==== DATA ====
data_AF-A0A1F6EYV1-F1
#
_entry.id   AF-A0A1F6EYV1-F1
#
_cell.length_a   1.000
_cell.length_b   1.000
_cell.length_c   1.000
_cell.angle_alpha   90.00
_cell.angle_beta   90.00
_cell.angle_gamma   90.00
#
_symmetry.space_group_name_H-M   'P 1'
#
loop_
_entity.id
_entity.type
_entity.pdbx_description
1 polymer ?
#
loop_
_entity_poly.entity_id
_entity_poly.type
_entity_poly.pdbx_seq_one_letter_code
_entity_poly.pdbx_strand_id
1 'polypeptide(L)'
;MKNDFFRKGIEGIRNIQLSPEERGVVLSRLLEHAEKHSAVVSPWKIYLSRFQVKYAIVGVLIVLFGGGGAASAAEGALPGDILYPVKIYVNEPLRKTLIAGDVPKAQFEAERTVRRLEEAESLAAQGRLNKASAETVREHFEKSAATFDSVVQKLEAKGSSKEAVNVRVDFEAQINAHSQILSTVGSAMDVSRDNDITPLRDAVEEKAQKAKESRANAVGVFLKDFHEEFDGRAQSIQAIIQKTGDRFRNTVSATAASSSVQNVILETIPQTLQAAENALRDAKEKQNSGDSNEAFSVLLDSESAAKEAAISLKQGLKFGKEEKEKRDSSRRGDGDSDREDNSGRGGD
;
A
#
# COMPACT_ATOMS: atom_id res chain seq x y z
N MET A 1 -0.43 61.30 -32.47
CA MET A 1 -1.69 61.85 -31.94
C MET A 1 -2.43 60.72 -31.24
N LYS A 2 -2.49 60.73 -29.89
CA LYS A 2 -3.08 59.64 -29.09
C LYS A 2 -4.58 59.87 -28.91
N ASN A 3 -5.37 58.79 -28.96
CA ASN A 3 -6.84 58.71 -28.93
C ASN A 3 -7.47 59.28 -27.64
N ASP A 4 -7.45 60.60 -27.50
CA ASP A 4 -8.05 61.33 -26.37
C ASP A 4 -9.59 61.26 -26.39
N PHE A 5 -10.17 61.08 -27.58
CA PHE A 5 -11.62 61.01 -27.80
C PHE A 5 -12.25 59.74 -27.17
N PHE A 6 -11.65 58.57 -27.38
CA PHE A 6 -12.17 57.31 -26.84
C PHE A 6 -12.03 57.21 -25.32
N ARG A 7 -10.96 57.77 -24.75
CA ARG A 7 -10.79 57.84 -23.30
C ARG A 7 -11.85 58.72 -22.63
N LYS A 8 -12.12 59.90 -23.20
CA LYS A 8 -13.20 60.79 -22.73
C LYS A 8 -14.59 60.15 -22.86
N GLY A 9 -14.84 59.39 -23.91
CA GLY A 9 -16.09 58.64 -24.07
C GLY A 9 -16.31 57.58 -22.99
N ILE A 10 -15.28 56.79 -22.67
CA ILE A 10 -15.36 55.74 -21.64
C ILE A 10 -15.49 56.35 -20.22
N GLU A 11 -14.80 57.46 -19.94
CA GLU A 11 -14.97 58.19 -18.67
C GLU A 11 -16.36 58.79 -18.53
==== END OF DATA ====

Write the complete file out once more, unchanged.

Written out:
data_AF-A0A1F6EYV1-F1
#
_entry.id   AF-A0A1F6EYV1-F1
#
_cell.length_a   1.000
_cell.length_b   1.000
_cell.length_c   1.000
_cell.angle_alpha   90.00
_cell.angle_beta   90.00
_cell.angle_gamma   90.00
#
_symmetry.space_group_name_H-M   'P 1'
#
loop_
_entity.id
_entity.type
_entity.pdbx_description
1 polymer ?
#
loop_
_entity_poly.entity_id
_entity_poly.type
_entity_poly.pdbx_seq_one_letter_code
_entity_poly.pdbx_strand_id
1 'polypeptide(L)'
;MKNDFFRKGIEGIRNIQLSPEERGVVLSRLLEHAEKHSAVVSPWKIYLSRFQVKYAIVGVLIVLFGGGGAASAAEGALPGDILYPVKIYVNEPLRKTLIAGDVPKAQFEAERTVRRLEEAESLAAQGRLNKASAETVREHFEKSAATFDSVVQKLEAKGSSKEAVNVRVDFEAQINAHSQILSTVGSAMDVSRDNDITPLRDAVEEKAQKAKESRANAVGVFLKDFHEEFDGRAQSIQAIIQKTGDRFRNTVSATAASSSVQNVILETIPQTLQAAENALRDAKEKQNSGDSNEAFSVLLDSESAAKEAAISLKQGLKFGKEEKEKRDSSRRGDGDSDREDNSGRGGD
;
A
#
# COMPACT_ATOMS: atom_id res chain seq x y z
N MET A 1 -0.43 61.30 -32.47
CA MET A 1 -1.69 61.85 -31.94
C MET A 1 -2.43 60.72 -31.24
N LYS A 2 -2.49 60.73 -29.89
CA LYS A 2 -3.08 59.64 -29.09
C LYS A 2 -4.58 59.87 -28.91
N ASN A 3 -5.37 58.79 -28.96
CA ASN A 3 -6.84 58.71 -28.93
C ASN A 3 -7.47 59.28 -27.64
N ASP A 4 -7.45 60.60 -27.50
CA ASP A 4 -8.05 61.33 -26.37
C ASP A 4 -9.59 61.26 -26.39
N PHE A 5 -10.17 61.08 -27.58
CA PHE A 5 -11.62 61.01 -27.80
C PHE A 5 -12.25 59.74 -27.17
N PHE A 6 -11.65 58.57 -27.38
CA PHE A 6 -12.17 57.31 -26.84
C PHE A 6 -12.03 57.21 -25.32
N ARG A 7 -10.96 57.77 -24.75
CA ARG A 7 -10.79 57.84 -23.30
C ARG A 7 -11.85 58.72 -22.63
N LYS A 8 -12.12 59.90 -23.20
CA LYS A 8 -13.20 60.79 -22.73
C LYS A 8 -14.59 60.15 -22.86
N GLY A 9 -14.84 59.39 -23.91
CA GLY A 9 -16.09 58.64 -24.07
C GLY A 9 -16.31 57.58 -22.99
N ILE A 10 -15.28 56.79 -22.67
CA ILE A 10 -15.36 55.74 -21.64
C ILE A 10 -15.49 56.35 -20.22
N GLU A 11 -14.80 57.46 -19.94
CA GLU A 11 -14.97 58.19 -18.67
C GLU A 11 -16.36 58.79 -18.53